• Prescott National Forest Closures
    The area being closed is apparently not in the Sedona area but rather the stretch along Hwy 260, predominantly between Camp Verde and Cottonwood. Here is a local county interview done with two of the PNF Rangers describing the circumstances: https://www.youtube.com/watch?v=bzl4tZ6OwJE

    The dates of the closure are from this past January until Jan 7th, 2021 as detailed here: https://www.fs.usda.gov/alerts/prescott/alerts-notices/?aid=50683 Still...lots of camping options remain in the PNF: https://www.fs.usda.gov/activity/prescott/recreation/camping-cabins
  • Stop slide room topper flapping
    Steve (Colibabas), thanks for posting this! We intentionally ordered our Lance without a slide topper for just that (flapping) reason, only to have it arrive with one (but no solar panel we ordered, so there you go!) I've heard the 'flapping' report from others and was hoping to avoid it...so your clever dodge at least mitigates things for a while. Full-timing can be the ultimate test of these things, so for many of us these tweaks (which we tend to hear more about from full-timers, I notice) are probably not 'essential'. OTOH you're helping me anticipate what is down the same alley you've already traveled, so I surely do appreciate the post. (Seems like a wee bit of bunny cord in the tie-down line would be helpful).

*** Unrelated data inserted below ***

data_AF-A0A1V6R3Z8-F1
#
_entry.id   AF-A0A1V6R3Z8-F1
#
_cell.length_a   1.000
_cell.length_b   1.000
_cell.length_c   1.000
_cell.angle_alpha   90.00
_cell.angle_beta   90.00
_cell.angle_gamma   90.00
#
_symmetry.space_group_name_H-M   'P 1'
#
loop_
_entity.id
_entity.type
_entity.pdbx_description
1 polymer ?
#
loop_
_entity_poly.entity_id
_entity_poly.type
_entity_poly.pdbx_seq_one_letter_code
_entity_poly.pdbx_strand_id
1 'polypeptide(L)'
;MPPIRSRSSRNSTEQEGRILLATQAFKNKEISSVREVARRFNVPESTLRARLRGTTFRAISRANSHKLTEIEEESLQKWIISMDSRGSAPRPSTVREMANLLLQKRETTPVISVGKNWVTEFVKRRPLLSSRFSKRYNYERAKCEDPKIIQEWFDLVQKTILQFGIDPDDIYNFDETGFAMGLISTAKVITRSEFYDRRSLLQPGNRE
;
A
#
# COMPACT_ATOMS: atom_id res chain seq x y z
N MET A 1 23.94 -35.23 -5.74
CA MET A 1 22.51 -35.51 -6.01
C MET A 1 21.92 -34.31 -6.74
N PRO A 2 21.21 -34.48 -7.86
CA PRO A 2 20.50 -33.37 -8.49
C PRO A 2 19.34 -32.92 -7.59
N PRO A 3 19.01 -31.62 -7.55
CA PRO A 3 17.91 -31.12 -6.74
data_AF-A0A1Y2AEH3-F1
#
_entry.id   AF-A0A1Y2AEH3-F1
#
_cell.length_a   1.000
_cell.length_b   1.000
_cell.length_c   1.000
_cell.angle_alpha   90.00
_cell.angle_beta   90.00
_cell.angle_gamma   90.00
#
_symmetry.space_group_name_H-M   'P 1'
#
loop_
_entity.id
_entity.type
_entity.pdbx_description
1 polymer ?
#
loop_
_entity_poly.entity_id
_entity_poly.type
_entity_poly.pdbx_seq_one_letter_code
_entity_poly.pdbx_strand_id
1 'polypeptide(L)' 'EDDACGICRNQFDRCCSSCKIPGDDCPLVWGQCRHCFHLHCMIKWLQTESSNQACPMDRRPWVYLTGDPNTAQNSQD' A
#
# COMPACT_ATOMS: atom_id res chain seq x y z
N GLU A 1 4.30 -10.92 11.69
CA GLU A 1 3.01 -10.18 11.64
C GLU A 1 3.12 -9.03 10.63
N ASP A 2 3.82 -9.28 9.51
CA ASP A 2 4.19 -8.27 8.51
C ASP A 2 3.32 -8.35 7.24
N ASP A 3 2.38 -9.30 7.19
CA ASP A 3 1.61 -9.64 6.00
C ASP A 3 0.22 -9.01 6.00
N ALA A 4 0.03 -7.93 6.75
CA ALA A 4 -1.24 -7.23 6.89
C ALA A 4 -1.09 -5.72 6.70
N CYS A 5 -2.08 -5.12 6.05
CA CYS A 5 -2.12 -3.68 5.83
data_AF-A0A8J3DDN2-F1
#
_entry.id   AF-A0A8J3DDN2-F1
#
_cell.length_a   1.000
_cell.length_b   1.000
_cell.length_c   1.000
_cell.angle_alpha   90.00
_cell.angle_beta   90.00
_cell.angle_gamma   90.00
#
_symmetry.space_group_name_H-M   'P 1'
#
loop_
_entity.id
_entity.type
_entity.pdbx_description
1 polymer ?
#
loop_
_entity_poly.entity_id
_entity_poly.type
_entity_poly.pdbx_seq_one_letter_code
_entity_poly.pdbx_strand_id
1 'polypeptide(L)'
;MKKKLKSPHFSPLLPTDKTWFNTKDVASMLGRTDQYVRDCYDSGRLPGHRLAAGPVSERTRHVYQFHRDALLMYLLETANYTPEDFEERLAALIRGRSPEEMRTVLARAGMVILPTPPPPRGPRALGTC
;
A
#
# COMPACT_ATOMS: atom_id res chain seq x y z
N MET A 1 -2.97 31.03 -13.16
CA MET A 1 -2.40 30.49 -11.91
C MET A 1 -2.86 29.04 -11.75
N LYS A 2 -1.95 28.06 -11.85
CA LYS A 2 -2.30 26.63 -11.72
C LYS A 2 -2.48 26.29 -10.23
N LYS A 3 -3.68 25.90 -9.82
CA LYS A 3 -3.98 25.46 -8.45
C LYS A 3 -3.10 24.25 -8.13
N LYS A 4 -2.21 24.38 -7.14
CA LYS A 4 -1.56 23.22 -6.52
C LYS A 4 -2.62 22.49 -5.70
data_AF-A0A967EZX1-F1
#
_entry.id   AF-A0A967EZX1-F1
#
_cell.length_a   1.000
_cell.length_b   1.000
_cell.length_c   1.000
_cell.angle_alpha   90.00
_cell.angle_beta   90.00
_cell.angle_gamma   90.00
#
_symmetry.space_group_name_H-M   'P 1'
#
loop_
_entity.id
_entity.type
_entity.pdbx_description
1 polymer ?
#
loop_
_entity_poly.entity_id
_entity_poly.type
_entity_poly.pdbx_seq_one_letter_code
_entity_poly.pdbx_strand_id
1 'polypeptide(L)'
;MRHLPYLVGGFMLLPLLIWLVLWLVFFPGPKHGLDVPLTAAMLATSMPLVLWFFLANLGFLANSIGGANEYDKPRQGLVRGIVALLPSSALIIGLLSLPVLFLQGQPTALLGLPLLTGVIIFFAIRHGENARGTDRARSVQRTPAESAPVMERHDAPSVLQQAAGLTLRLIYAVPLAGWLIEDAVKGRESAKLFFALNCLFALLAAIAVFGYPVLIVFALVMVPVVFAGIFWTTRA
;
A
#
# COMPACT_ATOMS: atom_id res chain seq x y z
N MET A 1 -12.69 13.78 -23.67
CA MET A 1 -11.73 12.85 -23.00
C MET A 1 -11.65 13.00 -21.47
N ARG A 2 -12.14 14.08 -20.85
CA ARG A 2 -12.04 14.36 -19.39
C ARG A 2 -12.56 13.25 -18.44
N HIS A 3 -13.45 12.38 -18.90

Best wishes,

    Jack in Bozeman MT, which is taking F-A-R too long to turn into a true 'Spring' this year!
  • Northern Alberta
    RVsolar that is more motivating than 10 ‘RV Travel’ YouTube videos. Simply extraordinary. Where in N AB? Many thanks.
  • DC compressor refrigerator